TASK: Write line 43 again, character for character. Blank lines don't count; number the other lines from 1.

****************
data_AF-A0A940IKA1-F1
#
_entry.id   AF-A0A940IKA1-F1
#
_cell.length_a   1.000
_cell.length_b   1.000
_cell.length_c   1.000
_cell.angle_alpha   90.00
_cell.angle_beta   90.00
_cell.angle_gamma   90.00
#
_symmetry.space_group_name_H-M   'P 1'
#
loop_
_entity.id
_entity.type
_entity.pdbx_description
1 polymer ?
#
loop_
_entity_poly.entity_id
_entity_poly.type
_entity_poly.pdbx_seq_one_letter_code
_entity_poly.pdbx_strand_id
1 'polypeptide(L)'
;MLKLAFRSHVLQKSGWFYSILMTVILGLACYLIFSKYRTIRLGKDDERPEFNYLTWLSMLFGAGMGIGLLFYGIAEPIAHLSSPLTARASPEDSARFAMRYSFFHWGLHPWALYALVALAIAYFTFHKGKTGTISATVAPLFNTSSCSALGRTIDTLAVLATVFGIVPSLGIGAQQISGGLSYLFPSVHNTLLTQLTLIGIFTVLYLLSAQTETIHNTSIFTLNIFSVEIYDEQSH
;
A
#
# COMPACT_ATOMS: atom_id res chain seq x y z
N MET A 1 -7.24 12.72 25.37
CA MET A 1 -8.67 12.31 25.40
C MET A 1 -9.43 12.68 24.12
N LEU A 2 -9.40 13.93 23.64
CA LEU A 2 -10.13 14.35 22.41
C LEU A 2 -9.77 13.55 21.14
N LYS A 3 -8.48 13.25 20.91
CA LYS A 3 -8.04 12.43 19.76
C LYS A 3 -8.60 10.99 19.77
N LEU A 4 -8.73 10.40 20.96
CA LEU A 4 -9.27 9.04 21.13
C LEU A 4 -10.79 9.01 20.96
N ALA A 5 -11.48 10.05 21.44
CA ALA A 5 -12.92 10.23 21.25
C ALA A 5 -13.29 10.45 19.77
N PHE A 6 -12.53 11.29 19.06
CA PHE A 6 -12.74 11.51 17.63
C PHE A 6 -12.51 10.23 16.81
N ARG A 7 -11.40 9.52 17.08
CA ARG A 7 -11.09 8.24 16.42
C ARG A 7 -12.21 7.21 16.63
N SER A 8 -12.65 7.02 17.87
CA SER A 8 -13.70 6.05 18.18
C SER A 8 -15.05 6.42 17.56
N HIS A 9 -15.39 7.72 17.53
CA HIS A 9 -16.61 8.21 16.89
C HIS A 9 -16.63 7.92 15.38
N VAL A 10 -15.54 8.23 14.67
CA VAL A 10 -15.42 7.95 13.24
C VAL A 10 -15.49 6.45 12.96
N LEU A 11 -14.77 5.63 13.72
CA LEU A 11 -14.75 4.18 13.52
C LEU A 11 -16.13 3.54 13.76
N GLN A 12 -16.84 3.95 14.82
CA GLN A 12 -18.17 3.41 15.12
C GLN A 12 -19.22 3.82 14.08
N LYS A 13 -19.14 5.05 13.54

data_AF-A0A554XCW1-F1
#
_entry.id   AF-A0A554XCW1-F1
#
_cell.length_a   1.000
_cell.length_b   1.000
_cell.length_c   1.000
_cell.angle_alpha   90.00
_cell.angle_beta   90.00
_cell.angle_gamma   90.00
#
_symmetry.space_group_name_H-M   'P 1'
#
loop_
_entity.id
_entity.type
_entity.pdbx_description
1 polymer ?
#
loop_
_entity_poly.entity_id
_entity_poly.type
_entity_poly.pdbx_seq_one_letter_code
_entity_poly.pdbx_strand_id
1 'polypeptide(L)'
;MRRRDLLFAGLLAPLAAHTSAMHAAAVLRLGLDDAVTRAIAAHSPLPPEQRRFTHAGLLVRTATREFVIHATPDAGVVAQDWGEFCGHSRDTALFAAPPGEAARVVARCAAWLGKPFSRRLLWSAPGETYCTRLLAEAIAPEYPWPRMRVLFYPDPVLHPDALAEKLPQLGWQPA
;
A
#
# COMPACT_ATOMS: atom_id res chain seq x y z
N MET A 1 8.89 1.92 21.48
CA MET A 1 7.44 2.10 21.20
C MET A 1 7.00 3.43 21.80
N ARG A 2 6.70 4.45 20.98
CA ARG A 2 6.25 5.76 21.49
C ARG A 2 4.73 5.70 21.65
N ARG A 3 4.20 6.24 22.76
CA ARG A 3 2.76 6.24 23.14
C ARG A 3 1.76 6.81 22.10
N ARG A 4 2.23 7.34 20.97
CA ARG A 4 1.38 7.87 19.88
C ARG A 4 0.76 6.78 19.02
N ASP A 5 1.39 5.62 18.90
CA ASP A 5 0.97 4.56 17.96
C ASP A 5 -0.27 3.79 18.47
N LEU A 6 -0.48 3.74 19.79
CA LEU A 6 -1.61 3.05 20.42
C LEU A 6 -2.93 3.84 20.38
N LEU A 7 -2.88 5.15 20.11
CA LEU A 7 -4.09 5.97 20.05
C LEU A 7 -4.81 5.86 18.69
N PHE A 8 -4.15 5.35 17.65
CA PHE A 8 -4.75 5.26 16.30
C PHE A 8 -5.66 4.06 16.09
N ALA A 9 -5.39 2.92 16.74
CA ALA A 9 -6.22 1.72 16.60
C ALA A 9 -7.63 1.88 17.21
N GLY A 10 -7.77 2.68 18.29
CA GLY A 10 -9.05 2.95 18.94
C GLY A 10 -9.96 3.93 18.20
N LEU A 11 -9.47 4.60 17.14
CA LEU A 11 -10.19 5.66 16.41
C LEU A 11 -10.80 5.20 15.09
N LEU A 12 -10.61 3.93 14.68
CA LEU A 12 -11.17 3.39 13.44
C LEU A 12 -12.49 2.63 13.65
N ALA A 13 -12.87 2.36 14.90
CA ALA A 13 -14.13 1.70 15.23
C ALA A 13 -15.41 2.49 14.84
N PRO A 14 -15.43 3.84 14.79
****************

N ALA A 5 -11.48 10.05 21.44